Answer: I would be hesitant to use BIN as a floor primer. While the primer is very durable on vertical surfaces, I'm really not sure how well it would hold up on a floor, long term, because I've only used this product on cabinets and drywall. I would explore primer meant for flooring, or you could contact Zinseer customer service and ask them if BIN can be used on floors.


Answer: If you mean priming and painting stairway walls or the wood railings/spindles in the stairway, the smell of the primer would be strong in an enclosed area like that without using a fan to help circulate the air. Opening windows with a couple of box fans set up will remove the fumes really fast though. The smell of BIN doesn't linger as oil primer does. Use low VOC paint to reduce odor.


Answer: The wallpaper needs to be primed first before you can paint it. Use oil primer, not latex. Whenever I prime wallpaper, I always use Cover Stain oil primer. BIN would probably be fine too, but Cover Stain's always worked great for me without any problems. You can topcoat the primer with any latex paint.


Answer: The fish eye likely happened because there was a contaminant on the surface that you primed with Cover Stain. You didn't mention if you cleaned the surface or not. You can try cleaning the surface with a surface prep cleaner, or denatured alcohol, then apply another coat of your primer. Make sure you're following the air temperature and RH specs for the primer too. Most fisheye is caused by surface contaminants.


Answer: You don't have to thin BIN. It's already very thin and sprays really nice with an airless sprayer and a fine finish tip, or an HVLP sprayer. Yes, you can spray BIN with the Homeright sprayer, but I've tried it and it doesn't produce a nice smooth finish. I don't recommend using that sprayer for spraying cabinets, or any projects that call for a fine finish. Out of curiosity, I bought a Homeright sprayer, in hopes of using it only for spraying BIN, but on my sample door, the primer would just splatter onto the surface when sprayed and not form a nice finish. I'll be writing a review on it.


Answer: You can, but the primer serves only as a stain blocker and a bond coat for paint. It's meant to be painted. BIN primer might also react badly over time from direct water exposure. With paint on top, it's fine, but without primer, if drawers underneath the sink area get splashed a lot by water it might start to chip, so you'd want to at least topcoat the primer with a clear protective coat if you're not going to paint it.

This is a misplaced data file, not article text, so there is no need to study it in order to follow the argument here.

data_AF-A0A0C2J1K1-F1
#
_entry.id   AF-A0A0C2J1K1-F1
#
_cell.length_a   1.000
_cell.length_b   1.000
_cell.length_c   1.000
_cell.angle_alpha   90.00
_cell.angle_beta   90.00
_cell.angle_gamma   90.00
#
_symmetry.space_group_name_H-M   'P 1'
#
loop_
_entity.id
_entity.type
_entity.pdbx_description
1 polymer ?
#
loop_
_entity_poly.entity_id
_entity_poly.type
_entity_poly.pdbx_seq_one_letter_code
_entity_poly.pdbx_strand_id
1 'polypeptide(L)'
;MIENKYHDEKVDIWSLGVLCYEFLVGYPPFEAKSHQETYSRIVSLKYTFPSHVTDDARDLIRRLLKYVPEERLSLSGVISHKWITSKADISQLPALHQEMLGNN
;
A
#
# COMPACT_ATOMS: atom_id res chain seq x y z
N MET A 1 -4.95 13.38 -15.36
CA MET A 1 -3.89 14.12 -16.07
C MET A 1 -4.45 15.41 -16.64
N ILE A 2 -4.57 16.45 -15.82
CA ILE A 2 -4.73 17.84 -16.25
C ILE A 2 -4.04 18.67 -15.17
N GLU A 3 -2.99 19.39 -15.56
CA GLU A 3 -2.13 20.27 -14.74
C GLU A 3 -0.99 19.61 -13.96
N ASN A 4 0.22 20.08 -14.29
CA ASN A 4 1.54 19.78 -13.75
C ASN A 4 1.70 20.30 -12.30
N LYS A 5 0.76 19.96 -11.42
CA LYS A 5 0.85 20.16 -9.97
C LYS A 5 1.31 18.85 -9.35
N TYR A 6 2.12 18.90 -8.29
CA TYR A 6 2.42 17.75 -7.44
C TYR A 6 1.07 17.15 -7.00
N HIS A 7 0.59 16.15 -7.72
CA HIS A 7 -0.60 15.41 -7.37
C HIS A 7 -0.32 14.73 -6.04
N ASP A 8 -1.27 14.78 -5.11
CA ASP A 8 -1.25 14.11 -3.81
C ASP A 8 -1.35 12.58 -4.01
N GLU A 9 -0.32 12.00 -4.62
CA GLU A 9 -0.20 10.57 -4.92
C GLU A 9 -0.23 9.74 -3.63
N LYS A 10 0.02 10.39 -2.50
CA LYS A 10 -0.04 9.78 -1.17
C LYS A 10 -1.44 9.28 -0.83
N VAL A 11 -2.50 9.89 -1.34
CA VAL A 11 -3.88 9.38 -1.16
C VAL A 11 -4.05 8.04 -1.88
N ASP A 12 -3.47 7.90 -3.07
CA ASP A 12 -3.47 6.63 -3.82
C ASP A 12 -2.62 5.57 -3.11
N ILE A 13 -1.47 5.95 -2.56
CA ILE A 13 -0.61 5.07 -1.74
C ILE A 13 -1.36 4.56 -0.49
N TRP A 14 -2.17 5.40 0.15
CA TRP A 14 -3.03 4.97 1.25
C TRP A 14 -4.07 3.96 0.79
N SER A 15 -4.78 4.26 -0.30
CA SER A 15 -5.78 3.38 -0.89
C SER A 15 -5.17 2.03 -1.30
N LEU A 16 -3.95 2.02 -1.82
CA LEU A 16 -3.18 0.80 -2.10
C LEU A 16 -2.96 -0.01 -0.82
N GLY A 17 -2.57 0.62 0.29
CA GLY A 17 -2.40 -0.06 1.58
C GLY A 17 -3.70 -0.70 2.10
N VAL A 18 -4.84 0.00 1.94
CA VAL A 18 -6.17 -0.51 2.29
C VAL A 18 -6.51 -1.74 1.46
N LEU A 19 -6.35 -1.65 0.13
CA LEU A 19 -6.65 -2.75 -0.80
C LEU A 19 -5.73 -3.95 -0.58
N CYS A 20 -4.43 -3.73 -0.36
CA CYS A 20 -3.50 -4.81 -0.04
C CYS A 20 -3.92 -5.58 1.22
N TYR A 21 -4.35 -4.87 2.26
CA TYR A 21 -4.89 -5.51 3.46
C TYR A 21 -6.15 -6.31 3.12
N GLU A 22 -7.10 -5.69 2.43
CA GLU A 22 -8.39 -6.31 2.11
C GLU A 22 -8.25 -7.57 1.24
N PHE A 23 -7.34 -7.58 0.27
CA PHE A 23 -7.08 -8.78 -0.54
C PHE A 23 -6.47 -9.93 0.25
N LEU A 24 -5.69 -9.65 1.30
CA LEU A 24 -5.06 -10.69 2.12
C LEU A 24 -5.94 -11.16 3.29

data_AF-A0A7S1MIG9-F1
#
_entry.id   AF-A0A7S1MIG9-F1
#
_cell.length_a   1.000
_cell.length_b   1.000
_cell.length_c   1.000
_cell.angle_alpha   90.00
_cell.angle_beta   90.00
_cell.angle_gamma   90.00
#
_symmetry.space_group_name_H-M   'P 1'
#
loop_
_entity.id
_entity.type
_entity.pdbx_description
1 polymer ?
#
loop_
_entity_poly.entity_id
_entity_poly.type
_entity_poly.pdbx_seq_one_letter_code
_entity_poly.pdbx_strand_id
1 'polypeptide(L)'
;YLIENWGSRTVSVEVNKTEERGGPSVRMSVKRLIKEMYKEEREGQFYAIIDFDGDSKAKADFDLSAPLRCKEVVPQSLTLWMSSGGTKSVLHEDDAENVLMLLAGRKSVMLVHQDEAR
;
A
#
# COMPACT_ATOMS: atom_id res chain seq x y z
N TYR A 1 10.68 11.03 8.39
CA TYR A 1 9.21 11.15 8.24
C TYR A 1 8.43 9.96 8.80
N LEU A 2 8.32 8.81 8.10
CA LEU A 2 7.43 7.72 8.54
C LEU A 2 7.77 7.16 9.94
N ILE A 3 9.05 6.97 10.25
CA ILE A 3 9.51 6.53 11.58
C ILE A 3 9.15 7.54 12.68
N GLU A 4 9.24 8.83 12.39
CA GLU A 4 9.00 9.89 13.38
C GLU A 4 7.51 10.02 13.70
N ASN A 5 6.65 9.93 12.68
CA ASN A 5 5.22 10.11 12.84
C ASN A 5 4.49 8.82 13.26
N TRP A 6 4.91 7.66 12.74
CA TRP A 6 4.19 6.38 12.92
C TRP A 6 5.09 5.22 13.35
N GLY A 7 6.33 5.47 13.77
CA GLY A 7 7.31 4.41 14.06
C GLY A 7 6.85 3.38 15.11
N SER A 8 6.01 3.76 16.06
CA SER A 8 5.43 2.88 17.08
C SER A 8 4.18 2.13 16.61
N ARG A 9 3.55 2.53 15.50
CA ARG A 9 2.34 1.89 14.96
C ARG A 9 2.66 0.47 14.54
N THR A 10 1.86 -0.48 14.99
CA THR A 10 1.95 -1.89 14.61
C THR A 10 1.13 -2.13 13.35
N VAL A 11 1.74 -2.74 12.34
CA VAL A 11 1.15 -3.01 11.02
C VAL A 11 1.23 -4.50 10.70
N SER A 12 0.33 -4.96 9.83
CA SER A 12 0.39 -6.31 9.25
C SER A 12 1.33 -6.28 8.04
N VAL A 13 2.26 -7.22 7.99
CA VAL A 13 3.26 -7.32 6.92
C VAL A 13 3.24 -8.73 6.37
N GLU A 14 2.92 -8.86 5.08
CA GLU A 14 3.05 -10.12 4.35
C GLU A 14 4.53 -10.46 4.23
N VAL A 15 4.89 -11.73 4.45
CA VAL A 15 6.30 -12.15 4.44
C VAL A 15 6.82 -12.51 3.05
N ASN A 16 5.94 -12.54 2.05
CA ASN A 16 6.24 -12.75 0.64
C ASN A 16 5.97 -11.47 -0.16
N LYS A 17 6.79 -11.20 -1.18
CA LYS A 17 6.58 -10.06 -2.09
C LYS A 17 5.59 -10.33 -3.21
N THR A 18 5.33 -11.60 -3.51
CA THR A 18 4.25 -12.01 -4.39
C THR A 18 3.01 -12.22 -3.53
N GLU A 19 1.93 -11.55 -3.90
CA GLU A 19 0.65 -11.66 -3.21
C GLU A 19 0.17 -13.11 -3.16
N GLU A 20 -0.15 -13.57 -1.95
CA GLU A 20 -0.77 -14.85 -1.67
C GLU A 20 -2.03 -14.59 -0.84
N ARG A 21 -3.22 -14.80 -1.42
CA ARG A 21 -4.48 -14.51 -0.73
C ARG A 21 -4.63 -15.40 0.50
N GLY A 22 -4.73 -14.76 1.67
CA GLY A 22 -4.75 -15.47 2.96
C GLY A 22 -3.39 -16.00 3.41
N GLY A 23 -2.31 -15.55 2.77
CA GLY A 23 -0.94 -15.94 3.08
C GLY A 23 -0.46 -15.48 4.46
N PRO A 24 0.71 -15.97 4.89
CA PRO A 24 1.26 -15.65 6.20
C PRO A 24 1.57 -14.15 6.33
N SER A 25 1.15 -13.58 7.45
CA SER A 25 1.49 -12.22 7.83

Answer: Yes, BIN primer's a good choice for laminate cabinets, or oil-based primer. The process is the same for most other cabinets I've painted (clean, sand, prime, paint).


Answer: Yes, but the paint will form a stronger bond scuff sanding the primer before painting. If you're able to sand the ceiling without damaging the texture, scuff sand it with a drywall sanding sponge. If you don't sand the primer, the paint's not going to peel off the ceiling.


Answer: Sherwin Williams Loxon floor sealer might be a good choice for your concrete floor, but I have no personal experience with that product. For blocking odor on walls, Zinsser BIN will do the trick or Sherwin Williams white pigmented shellac. Both products are the same. This primer smells horrible, but the smell goes away in a couple of hours.


Answer: It depends what you're priming. I have only used the shellac BIN, so I can't comment on the water-based version, but I'd be hesitant to rely on it to cover tough stains. Shellac is best for that, but for minor stains, or as a primer coat for a major color change, it might be fine. For tough stains and sealing raw wood, the shellac version, or oil-based primer, is your best bet.


Answer: Both products work great for blocking nicotine stains. There are pros and cons of both. BIN is over $20 more per gallon, although in some cases you can get a cheaper price if you buy a 5 gallon container instead of singles. BIN dries really fast with the windows open. You can paint over the primer in 45 min to 1 hour. It sprays like a dream. Both products splatter and sprinkle like crazy when brushing and rolling, especially BIN because it's as thin as milk. You need eye protection if you're rolling either onto a ceiling. I highly recommend using an airless sprayer over rolling. Cover Stain dries a little slower. It sands easier. The smell lingers. Clean up is more toxic, requiring the use of paint thinner. With BIN, all you need is a cheap bottle of ammonia and warm water. Both products smell horrible. You absolutely must wear a respirator and open all of the windows to ventilate the fumes. If it were me, I'd use BIN, but not in high moisture areas like a bathroom. Everywhere else it's fine. You can paint over it with any latex paint. 041b061a72